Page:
“The intuitive mind is a sacred gift and the rational mind is a faithful servant. We have created a society that honors the servant and has forgotten the gift” ~Albert Einstein
Within the Analysis Process of Input – Data Entry – Analysis – Feedback, there is a lot of scope on literature on what cameras to buy, tutorials on how to use software and how to deliver information in coaching content.
There is relatively little on the side of how to breakdown information to decipher what parts are useful.
This article is going to take you through one particular way of breaking down a sports game which I’ve named ‘The Funnel Method’, this is a single way, not the best or worst way. It can work concurrently alongside different methods too. I’ll follow this article up with other various ways of doing analysis and interpreting information.

Funnel Method

As the name suggests, The Funnel Method, is a process of filtering information that you decide to feed through to players. It is discussed academically here in a paper by Paul Bracewell. This is opposed to collecting the same information each week and comparing it week to week; that could be described as KPI (Key Performance Indicator) based analysis which would be a higher workload.
The top of the funnel starts with the information that’s easiest to collect, this could include your original observations and the score etc.. From there you filter the information further to decipher what is the most relevant to investigate further. Thereafter, you decide what information is important to transfer to your players.

Funnel Method
The benefits of using The Funnel Method is that it is a time saving method, effectively back-ending your workload to ensure time is only spent on the end product of what you deliver to your players. For this reason it makes it ideal for people just starting out using analysis or are short on time but obviously not irrelevant to experienced analysts and coaches.


At stage 1 of the funnel, your objective is to decide which aspect of your game to look into in more detail.
A time I’ve used this was when we played a team, we let them keep possession for long periods of time and our best defender was observed to have made very few tackles. We then looked into the tackles he made and missed – our next observation was that he was missing tackles out wide and making most of his tackles by the rucks. So we decided to investigate this further.
In stage 2 – You’re investigating further to find information that will help you with creating the change of behaviour in your players/team.
In my example, We began comparing his tackle completion rates and tackles in relation to the gainline into how many people away from the ruck he was. This was to confirm if our observation was true, if there were any mitigating factors and beyond that to see where he could improve.  The results displayed he was far more effective in midfield and that he didn’t stand there enough during this game.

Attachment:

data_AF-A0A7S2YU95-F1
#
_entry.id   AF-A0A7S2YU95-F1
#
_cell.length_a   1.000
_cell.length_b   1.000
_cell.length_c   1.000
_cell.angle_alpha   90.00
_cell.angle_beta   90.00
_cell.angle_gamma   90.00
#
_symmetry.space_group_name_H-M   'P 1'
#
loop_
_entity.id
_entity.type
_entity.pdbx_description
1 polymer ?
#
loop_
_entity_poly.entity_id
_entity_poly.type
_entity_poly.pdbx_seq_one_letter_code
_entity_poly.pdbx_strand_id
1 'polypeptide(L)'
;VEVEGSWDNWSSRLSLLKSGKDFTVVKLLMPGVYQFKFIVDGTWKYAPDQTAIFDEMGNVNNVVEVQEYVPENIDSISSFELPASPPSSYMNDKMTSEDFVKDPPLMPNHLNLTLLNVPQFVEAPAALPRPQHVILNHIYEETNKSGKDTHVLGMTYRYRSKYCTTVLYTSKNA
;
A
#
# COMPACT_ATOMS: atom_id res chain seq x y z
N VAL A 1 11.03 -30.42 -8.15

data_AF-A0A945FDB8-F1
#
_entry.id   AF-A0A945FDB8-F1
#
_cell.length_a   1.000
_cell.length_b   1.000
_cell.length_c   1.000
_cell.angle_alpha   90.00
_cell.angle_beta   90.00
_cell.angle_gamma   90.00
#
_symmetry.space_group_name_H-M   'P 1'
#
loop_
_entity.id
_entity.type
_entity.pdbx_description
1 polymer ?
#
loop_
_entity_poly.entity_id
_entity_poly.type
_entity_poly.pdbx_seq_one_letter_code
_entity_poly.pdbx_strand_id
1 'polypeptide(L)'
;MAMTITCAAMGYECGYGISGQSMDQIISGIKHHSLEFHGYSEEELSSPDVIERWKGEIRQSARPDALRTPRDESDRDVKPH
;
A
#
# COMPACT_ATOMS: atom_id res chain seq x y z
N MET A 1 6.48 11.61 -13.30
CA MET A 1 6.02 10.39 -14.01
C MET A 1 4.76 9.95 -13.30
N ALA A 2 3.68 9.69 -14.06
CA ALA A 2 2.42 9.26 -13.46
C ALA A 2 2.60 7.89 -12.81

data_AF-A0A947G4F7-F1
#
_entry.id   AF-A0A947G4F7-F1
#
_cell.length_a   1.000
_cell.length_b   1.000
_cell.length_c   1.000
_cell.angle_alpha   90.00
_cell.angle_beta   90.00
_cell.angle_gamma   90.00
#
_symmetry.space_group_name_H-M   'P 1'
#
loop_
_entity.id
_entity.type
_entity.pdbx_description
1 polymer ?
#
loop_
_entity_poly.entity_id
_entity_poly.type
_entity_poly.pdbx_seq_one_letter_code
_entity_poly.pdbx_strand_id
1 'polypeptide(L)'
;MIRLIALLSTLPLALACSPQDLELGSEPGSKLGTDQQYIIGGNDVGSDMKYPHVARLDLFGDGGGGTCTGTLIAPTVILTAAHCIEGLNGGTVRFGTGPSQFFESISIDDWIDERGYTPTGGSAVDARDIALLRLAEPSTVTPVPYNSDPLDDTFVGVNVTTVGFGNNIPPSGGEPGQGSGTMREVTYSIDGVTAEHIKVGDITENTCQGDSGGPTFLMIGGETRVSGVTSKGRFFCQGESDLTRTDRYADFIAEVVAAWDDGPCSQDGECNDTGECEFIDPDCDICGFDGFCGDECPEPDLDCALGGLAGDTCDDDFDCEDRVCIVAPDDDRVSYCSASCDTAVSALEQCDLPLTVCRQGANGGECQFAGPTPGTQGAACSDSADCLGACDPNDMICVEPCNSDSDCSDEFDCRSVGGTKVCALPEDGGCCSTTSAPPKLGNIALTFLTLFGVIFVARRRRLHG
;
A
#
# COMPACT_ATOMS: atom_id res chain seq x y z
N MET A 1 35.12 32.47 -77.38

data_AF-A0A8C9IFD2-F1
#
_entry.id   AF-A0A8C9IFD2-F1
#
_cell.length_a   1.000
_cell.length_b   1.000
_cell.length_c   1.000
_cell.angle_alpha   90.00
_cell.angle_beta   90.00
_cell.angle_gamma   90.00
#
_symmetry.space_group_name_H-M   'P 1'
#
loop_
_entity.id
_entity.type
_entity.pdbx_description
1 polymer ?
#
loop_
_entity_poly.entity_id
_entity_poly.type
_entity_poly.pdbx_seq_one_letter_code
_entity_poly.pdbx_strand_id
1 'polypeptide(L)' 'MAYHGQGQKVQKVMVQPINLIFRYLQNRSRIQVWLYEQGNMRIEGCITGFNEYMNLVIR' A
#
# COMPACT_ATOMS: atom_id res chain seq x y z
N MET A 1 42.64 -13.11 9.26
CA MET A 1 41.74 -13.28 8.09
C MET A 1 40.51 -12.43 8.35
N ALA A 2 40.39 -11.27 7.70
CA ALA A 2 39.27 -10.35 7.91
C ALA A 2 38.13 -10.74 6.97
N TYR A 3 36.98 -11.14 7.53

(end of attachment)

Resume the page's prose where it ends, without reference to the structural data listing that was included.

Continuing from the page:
Stage 3 – Is deciding what to deliver to the player.
In this case we delivered him the statistics and asked him to give us his thoughts based on how he felt during the performance and after reading the statistics. The idea being that he would have to engage and come up with a solution himself.
Stage 4The result.
What you should judge the success of your analysis on, is not just what you have delivered, but how the players or team responds.


Within The Funnel Method you can use, what I call, the ‘Double Funnel’, a guide on how detailed you deliver the information back to your players or team.

The principal is that the more detail you’ve had to do to discover the analysis, the more impactful the feedback needs to be to make the players understand your message.
What you have to consider is, the players you are delivering to. You have to envisage how far down the funnel your players would need to go, not just how far you would have to go, to relate that back to your feedback methods.
In the example above, with our player, we had to delve quite deep into the funnel to confirm our information, it was quite complex. We had to use quiet a motivating and detailed method to make the player understand and create the change in behaviour.
If it was a case of a player coming to us, asking a question, the player already has that motivation to change and has an understanding to ask a question. In this case, a more direct answer will likely achieve that same change of behaviour without the need to delve deeper into delivering a more specific feedback method.


The Funnel Method can be used to efficiently work your way into some more detailed analysis for your team. The drawback is that you won’t get a statistical overlook on the whole game, but the importance of that depends on your confidence in understanding the game as you watch it.
It is perfect for someone who is confident in their sport specific knowledge and wants to deliver in greater detail. Also, it is a good method for people who enjoy looking into a game and dislike coding/tagging, as it means you can be time efficient and you look at different things after every game.

If want to stay up to date on more articles like this on how to improve how you use analysis, please subscribe on the right on your desktop or below if you’re reading this on your phone. Next week’s article will be on Player Led Analysis, investigating methods to increase learning opportunities and engage players more.